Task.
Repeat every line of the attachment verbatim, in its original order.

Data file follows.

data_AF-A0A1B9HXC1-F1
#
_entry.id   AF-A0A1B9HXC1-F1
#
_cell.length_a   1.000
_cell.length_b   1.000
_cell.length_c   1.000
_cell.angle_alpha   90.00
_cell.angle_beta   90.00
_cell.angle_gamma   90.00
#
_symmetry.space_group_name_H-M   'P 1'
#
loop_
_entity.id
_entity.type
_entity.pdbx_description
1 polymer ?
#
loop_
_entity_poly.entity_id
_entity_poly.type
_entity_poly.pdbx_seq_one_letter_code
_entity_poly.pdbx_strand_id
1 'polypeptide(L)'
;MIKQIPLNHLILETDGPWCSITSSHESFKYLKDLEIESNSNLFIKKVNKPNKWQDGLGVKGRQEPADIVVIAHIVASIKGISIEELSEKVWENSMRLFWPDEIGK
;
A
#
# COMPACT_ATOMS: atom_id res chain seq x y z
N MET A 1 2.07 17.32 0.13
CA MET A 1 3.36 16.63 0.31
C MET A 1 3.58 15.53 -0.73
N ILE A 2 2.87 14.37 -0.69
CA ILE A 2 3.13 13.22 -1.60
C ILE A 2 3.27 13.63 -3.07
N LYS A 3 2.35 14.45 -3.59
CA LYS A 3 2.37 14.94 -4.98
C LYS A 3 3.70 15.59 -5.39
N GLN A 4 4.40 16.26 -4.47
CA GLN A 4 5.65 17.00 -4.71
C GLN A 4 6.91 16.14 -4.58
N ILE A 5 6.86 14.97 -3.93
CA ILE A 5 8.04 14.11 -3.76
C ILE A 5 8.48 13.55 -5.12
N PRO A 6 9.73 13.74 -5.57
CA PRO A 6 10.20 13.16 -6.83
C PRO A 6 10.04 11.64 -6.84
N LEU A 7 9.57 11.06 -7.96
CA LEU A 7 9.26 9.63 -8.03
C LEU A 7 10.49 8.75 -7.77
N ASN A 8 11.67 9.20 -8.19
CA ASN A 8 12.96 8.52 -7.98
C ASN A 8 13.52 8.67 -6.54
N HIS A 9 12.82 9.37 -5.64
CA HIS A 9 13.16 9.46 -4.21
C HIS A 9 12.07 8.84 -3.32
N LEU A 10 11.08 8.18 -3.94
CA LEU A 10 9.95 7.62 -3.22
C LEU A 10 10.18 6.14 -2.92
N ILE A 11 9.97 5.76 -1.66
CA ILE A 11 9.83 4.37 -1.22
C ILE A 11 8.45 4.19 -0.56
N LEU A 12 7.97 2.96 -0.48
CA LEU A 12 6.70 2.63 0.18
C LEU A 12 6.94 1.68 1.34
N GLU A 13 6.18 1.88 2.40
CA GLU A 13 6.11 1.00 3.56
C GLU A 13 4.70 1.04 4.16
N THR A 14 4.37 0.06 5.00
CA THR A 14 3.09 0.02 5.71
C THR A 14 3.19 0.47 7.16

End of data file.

data_AF-A0A1B9HXC1-F1
#
_entry.id   AF-A0A1B9HXC1-F1
#
_cell.length_a   1.000
_cell.length_b   1.000
_cell.length_c   1.000
_cell.angle_alpha   90.00
_cell.angle_beta   90.00
_cell.angle_gamma   90.00
#
_symmetry.space_group_name_H-M   'P 1'
#
loop_
_entity.id
_entity.type
_entity.pdbx_description
1 polymer ?
#
loop_
_entity_poly.entity_id
_entity_poly.type
_entity_poly.pdbx_seq_one_letter_code
_entity_poly.pdbx_strand_id
1 'polypeptide(L)'
;MIKQIPLNHLILETDGPWCSITSSHESFKYLKDLEIESNSNLFIKKVNKPNKWQDGLGVKGRQEPADIVVIAHIVASIKGISIEELSEKVWENSMRLFWPDEIGK
;
A
#
# COMPACT_ATOMS: atom_id res chain seq x y z
N MET A 1 2.07 17.32 0.13
CA MET A 1 3.36 16.63 0.31
C MET A 1 3.58 15.53 -0.73
N ILE A 2 2.87 14.37 -0.69
CA ILE A 2 3.13 13.22 -1.60
C ILE A 2 3.27 13.63 -3.07
N LYS A 3 2.35 14.45 -3.59
CA LYS A 3 2.37 14.94 -4.98
C LYS A 3 3.70 15.59 -5.39
N GLN A 4 4.40 16.26 -4.47
CA GLN A 4 5.65 17.00 -4.71
C GLN A 4 6.91 16.14 -4.58
N ILE A 5 6.86 14.97 -3.93
CA ILE A 5 8.04 14.11 -3.76
C ILE A 5 8.48 13.55 -5.12
N PRO A 6 9.73 13.74 -5.57
CA PRO A 6 10.20 13.16 -6.83
C PRO A 6 10.04 11.64 -6.84
N LEU A 7 9.57 11.06 -7.96
CA LEU A 7 9.26 9.63 -8.03
C LEU A 7 10.49 8.75 -7.77
N ASN A 8 11.67 9.20 -8.19
CA ASN A 8 12.96 8.52 -7.98
C ASN A 8 13.52 8.67 -6.54
N HIS A 9 12.82 9.37 -5.64
CA HIS A 9 13.16 9.46 -4.21
C HIS A 9 12.07 8.84 -3.32
N LEU A 10 11.08 8.18 -3.94
CA LEU A 10 9.95 7.62 -3.22
C LEU A 10 10.18 6.14 -2.92
N ILE A 11 9.97 5.76 -1.66
CA ILE A 11 9.83 4.37 -1.22
C ILE A 11 8.45 4.19 -0.56
N LEU A 12 7.97 2.96 -0.48
CA LEU A 12 6.70 2.63 0.18
C LEU A 12 6.94 1.68 1.34
N GLU A 13 6.18 1.88 2.40
CA GLU A 13 6.11 1.00 3.56
C GLU A 13 4.70 1.04 4.16
N THR A 14 4.37 0.06 5.00
CA THR A 14 3.09 0.02 5.71
C THR A 14 3.19 0.47 7.16